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How does springtime affect Alzheimer’s?

Posted by Chris Corrigall
Date:
Category: Memory Care

a senior couple walking

Seniors with Alzheimer’s disease are heavily affected by fluctuations in their regular routines, and they can experience issues when seasons change. This is a common concern during the onset of winter, which can greatly exacerbate sundowning, an increase in restlessness and confusion caused by decreased sunlight that upsets the body’s circadian rhythm. The body’s natural clock must also adjust to other seasonal changes, including the onset of spring.

“Light plays an important role in a person’s circadian rhythm.”

Adjusting to daylight savings time

Those who serve as caregivers for people with Alzheimer’s may experience frustration during daylight savings time, as setting the clocks forward comes with a change in schedule and routine. Maintaining consistent sleep and wake habits is important for people with dementia, and sudden alterations in this schedule can worsen symptoms. It may lead to heightened confusion and irritability, making it important to provide increased care and attention to help ease the senior into an altered routine.

An increase in hours of sunlight, though generally a positive thing, can also require special attention on part of the caregiver. After all, light plays an important role in a person’s circadian rhythm, and this natural clock must adjust accordingly. In general, all humans tend to feel tired and drained as the day goes on, whether from exhaustion or too much stimulation. For people with dementia, this is even more true. The impact can cause seniors to want to go to bed earlier, and they may eat more or sooner than usual as their bodies require more energy.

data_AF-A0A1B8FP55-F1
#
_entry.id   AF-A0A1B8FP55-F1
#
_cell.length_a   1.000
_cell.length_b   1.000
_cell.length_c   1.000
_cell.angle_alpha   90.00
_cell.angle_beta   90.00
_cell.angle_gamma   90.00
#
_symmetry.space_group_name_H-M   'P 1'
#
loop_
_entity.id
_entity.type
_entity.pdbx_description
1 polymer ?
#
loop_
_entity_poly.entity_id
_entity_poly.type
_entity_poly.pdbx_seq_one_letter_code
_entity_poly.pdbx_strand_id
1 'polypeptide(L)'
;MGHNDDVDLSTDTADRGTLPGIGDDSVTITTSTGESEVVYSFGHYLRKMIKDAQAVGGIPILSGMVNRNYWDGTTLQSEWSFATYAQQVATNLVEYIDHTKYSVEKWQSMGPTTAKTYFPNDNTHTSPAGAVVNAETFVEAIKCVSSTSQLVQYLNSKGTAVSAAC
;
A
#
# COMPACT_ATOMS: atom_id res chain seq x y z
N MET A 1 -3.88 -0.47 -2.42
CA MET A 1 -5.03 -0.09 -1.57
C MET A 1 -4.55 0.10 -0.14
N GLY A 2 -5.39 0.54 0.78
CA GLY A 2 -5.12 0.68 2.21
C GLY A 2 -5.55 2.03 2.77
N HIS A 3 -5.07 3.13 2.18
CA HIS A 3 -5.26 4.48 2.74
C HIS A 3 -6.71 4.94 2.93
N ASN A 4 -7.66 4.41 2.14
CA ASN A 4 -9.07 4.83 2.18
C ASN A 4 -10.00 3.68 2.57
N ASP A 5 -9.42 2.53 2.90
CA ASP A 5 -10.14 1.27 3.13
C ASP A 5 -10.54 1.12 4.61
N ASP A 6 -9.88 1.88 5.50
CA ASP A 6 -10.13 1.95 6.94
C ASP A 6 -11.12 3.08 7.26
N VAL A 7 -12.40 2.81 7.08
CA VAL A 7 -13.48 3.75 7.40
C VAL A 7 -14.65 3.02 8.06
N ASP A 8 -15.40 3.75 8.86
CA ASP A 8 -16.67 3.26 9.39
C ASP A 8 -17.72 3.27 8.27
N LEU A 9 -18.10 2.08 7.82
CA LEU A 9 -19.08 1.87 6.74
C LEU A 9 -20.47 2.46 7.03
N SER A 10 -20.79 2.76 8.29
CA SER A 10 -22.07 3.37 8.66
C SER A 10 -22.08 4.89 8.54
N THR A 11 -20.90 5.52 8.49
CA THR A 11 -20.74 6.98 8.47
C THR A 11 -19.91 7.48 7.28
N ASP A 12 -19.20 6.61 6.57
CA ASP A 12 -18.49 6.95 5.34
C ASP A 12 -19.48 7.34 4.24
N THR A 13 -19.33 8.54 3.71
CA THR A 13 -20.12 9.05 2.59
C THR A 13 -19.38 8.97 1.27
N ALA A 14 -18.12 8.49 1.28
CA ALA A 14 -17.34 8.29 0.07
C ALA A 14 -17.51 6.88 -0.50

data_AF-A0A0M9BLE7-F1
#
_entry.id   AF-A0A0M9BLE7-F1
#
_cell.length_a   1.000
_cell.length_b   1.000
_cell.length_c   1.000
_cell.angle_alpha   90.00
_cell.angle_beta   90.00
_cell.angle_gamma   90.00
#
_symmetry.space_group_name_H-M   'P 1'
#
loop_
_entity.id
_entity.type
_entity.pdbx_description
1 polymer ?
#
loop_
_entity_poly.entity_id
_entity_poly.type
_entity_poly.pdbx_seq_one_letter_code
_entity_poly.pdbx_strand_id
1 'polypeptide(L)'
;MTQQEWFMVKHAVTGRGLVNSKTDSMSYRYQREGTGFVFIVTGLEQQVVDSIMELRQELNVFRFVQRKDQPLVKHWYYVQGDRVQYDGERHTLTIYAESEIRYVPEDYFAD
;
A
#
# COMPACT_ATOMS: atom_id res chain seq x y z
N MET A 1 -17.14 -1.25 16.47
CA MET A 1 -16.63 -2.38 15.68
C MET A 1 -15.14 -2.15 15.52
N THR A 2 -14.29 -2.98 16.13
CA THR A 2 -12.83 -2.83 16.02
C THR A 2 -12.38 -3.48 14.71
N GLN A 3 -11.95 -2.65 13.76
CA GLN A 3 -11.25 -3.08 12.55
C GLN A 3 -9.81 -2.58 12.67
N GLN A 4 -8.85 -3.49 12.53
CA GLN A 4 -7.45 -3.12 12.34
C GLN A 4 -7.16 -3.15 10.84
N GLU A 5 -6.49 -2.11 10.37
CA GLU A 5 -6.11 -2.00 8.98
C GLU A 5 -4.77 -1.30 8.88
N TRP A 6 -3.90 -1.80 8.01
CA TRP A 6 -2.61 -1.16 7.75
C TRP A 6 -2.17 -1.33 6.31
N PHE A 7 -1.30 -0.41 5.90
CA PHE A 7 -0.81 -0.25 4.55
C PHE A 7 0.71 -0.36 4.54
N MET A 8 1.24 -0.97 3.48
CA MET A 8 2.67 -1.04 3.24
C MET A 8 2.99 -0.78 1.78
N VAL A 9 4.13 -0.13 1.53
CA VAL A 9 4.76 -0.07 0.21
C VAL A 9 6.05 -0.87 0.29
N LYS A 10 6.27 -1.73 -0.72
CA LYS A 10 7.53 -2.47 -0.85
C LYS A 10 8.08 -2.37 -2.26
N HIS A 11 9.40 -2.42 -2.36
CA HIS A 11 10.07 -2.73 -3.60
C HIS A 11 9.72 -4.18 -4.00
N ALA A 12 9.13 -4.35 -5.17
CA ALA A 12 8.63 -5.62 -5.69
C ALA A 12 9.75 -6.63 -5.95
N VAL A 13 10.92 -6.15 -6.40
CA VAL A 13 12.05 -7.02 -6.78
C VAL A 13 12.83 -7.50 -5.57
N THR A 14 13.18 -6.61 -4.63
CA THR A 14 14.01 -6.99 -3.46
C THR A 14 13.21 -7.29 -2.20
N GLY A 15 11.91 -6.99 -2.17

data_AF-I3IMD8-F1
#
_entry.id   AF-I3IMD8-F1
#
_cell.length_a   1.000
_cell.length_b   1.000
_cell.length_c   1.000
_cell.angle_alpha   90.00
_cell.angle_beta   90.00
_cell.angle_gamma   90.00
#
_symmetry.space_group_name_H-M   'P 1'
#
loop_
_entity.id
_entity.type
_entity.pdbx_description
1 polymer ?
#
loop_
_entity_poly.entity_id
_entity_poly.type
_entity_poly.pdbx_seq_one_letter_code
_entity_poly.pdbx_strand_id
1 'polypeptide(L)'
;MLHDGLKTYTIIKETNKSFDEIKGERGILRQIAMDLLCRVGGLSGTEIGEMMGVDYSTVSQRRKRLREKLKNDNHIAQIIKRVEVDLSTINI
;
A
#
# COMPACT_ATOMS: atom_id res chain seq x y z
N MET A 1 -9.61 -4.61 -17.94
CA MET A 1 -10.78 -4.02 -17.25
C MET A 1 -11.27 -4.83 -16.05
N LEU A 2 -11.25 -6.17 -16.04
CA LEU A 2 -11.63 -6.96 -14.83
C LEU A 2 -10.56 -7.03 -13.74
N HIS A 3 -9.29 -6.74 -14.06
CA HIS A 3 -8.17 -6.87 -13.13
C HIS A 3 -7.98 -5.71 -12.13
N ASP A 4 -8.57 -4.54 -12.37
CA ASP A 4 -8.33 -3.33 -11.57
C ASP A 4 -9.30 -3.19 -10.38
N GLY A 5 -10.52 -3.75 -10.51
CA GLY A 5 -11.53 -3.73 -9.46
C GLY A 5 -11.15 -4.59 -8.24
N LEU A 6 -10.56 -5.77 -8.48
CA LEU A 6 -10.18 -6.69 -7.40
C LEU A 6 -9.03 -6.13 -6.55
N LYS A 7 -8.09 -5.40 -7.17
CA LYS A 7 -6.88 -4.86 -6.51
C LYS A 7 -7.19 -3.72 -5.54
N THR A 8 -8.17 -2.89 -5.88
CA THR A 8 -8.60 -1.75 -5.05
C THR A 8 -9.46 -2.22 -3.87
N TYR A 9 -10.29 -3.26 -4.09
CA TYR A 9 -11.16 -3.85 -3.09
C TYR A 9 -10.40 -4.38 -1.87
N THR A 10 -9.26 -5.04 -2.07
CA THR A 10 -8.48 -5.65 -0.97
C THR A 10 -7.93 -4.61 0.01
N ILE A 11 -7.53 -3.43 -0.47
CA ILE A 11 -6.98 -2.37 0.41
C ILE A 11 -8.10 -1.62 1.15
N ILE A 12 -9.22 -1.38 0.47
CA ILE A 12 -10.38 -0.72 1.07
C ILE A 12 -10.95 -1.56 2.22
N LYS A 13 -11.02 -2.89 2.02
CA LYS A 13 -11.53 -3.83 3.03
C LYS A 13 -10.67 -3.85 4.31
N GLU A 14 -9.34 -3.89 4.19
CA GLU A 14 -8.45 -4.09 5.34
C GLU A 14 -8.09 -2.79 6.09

Taking advantage of sunnier days

With more sunlight and the warm weather of spring comes the potential for increased activity. Caregivers should embrace this opportunity and encourage seniors to get outside and soak up some sun and engage in physical activity, whether it’s a simple stroll or some more intense gardening. As the Alzheimer’s Association emphasizes, such activity is an essential part of a memory care plan, as physical activity is linked to a decreased risk of cognitive decline.

Spring offers opportunities for increased activity, such as afternoon strolls around the community and tending to the garden.Spring offers opportunities for increased activity, such as afternoon strolls around the community and tending to the garden.

Aegis Living allows seniors the freedom to spend their time outdoors without the risk of them wandering off. Each community has a secured outside flower garden, walking paths and even outdoor installations, like antique cars and bird feeders, to provide stimulation.

Aegis Living makes the transition between seasons a smooth, more enjoyable experience. Seniors receive care around the clock, providing the increased professional attention they need to adjust to daylight savings time and alterations in their regular routines. Aegis Living communities also implement the Life’s Neighborhood program into the memory care process, providing a means for easing symptoms that may be heightened by a change in season. For example, each has a Snoezelen room, a space in which the lighting, textures, shapes, music and aromas create a calming environment. This can help decrease restlessness and agitation.